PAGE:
Monday, December 14, 2015

"What if..."

I started off my evening reading the NMC 2015 Higher Education Report where trends, challenges and developments in educational technology are identified.  It was fascinating to read about where we are and how quickly the landscape is changing.  Things that we never would have imagined even 10 years ago are now commonplace - makerspaces and wearable technology being within the 2-3 year timeframe.

This led me to this really great article on innovation + culture = culture of innovation.  It was a piece that caused me to reflect on all the facets of not just building, but maintaining a culture of innovation. There was even a self-reflection tool where I went through considering all of these facets in my practice, context, and setting.  Leadership, capacity, policy, structure, process and more all play into this culture of innovation.

Then, I somehow ended up in this amazing space through some miracle of time travel...Stanford 2025.


Here, I explored several possible future models of education:
1)  Open Loop University - instead of 4 years of learning, a lifetime of learning
Here is another video on this concept...
2)  Paced Education  - instead of freshman, sophomore, junior, and senior that is based on age, the move to an adaptive model of calibrate (immersive experiences of a micro-course nature), elevate (focus and deeper experience), and activate (knowledge applied in real-world situations)

3)  Axis-flip so that skills are of primary importance.  Instead of a 'transcript,' emphasis is on a 'skill print.  Rather than focusing on what you taken, the focus is on what you can give.  It's not so much about what you know, but how you use it.

4)  Purpose Learning where having a social impact is given priority much sooner by students pursuing missions through projects

I love this part of future Stanford - the invitation to participate in rethinking and ensuring that learning remain at the center of educational institutions by reflecting, imagining, and perhaps most importantly, trying...and not being afraid to ask ourselves, "What if..."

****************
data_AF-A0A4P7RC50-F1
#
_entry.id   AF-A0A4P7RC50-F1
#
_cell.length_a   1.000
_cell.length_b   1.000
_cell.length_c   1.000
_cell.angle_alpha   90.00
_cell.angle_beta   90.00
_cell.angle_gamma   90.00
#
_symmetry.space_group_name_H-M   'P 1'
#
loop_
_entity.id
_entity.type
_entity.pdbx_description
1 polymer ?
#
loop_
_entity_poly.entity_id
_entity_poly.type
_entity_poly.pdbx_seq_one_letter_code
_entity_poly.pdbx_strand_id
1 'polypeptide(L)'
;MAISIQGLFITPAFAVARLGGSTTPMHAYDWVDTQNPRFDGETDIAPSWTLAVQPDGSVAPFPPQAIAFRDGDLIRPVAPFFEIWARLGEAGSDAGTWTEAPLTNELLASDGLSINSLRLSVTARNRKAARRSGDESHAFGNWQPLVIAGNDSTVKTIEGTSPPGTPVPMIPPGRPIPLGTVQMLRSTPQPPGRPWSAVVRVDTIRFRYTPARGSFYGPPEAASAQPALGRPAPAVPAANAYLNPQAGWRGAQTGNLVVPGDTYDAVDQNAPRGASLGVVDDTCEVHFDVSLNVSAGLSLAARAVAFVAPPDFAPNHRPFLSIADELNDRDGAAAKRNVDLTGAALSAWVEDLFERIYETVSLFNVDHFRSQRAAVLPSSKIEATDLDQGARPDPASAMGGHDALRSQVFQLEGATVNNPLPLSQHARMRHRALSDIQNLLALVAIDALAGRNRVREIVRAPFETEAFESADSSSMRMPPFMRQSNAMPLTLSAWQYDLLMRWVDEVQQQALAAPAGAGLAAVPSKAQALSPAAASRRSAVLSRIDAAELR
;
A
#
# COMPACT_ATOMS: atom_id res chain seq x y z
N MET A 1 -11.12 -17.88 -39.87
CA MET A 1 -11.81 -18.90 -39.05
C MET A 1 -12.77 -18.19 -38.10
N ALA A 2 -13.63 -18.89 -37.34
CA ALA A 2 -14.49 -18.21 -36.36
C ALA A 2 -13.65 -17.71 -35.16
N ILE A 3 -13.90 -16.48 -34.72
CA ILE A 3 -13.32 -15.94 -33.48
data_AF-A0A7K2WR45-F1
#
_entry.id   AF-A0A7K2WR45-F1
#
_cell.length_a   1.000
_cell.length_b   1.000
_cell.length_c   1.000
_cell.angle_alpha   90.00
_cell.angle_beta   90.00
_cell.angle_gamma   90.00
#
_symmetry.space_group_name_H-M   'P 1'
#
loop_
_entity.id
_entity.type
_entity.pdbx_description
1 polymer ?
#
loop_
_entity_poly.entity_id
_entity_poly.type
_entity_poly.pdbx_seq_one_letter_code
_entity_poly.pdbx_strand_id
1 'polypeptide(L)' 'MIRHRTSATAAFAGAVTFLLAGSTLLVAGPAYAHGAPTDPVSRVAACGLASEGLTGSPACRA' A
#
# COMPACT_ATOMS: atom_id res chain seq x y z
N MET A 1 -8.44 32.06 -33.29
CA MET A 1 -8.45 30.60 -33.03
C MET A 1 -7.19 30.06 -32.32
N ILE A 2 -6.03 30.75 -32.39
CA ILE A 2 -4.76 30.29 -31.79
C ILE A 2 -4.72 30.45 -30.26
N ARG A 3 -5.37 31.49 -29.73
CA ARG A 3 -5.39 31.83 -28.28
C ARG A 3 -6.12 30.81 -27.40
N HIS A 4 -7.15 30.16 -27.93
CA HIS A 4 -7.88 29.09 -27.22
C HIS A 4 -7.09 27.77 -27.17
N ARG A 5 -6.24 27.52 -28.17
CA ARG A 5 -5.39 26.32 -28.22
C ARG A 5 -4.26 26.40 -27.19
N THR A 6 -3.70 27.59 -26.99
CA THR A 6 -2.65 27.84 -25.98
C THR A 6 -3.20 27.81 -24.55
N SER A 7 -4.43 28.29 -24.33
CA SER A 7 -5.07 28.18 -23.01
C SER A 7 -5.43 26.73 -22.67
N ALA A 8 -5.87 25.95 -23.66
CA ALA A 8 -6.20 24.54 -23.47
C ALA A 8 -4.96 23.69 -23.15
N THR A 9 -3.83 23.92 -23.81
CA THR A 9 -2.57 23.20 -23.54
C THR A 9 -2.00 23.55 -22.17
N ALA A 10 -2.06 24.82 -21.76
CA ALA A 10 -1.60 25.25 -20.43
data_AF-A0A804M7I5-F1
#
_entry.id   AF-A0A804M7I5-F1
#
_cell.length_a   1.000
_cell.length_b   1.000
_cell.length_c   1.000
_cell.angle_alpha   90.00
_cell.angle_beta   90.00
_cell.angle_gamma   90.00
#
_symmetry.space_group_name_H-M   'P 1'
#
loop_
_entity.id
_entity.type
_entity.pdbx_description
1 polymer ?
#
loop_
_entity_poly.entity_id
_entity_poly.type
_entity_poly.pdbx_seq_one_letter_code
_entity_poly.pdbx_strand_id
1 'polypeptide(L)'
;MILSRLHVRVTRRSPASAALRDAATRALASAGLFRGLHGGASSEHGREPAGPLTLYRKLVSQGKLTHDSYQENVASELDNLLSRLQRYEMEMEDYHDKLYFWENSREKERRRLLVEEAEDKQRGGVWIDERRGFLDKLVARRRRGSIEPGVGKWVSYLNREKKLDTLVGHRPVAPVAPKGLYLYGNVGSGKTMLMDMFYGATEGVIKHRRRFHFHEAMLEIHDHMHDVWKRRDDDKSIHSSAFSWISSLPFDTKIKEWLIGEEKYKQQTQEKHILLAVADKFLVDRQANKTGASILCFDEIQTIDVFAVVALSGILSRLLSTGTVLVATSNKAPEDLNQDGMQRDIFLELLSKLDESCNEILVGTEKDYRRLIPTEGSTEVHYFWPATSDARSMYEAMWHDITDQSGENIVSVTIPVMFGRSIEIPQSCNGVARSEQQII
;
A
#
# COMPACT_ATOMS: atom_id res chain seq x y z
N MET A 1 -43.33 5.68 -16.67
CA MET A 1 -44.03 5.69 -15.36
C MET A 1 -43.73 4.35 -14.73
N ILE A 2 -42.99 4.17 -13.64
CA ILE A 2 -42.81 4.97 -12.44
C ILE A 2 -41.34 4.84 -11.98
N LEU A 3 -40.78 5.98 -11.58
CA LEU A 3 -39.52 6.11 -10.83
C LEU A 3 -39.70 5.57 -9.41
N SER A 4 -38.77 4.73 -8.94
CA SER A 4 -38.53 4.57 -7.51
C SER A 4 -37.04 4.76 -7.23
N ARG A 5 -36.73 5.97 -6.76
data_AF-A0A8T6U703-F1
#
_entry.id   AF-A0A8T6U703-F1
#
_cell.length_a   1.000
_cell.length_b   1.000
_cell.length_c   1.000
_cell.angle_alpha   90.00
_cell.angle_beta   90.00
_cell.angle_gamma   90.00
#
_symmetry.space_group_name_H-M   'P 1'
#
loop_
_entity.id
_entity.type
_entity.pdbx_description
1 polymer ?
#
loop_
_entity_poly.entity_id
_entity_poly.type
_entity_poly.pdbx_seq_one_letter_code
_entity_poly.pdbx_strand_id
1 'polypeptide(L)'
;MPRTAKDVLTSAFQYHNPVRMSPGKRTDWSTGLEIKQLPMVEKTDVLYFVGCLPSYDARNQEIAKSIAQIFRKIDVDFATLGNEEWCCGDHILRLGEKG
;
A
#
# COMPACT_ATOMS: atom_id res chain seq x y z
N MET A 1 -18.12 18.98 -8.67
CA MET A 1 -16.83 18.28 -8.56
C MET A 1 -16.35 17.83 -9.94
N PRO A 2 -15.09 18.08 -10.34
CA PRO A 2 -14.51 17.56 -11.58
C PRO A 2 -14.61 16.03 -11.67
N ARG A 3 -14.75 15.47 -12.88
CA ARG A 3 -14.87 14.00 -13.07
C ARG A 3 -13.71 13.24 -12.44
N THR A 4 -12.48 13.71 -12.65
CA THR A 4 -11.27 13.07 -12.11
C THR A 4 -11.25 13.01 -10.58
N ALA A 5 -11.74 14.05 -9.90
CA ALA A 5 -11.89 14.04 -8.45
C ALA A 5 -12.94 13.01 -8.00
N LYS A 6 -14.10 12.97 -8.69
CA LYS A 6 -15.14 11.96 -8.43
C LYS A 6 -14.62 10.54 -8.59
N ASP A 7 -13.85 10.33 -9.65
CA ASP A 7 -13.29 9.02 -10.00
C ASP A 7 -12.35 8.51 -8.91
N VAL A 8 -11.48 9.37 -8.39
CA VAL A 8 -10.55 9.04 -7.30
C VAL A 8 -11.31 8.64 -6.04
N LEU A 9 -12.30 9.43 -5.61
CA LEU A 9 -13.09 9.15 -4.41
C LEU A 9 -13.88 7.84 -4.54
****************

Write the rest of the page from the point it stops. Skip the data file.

Tuesday, November 24, 2015

Limitless Creativity

Buster the dog, a disco room, and a talking, chopping fruit ninja?  What do these all have in common?  They were all made by middle school students using Hummingbird robotics.  It was amazing to witness the journey.  First, seeing them all learn the basics of programming, then seeing teams of students collaborate to sketch out their robot designs.  This was followed by the process and journey of selecting and using a variety of materials to create their team's unique robot.

Throughout the process, they kept an engineering-design journal with entries that focused on what they accomplished, challenges they faced and how they plan to overcome their challenges.  They also used their phones to document their robot-building captured in photos and videos.
Here is a reflection from a team member:

"If you have an imagination, a computer, and a HummingBird robotics set, you can make anything you want to  make. HummingBird Robotics is a series of wires, lights, vibrators, sensors and motors. Throughout all of our  series of making the disco room, we ran into a few problems. For instance, making the motor work with the record player was a challenge, because we needed to have a pencil lead in the disc so it will work. Also, we were going to make a whole series of notes on the Piano, and time it to every second to make the song work. Also, our LED lights were ripped, and my group tried to fix it. "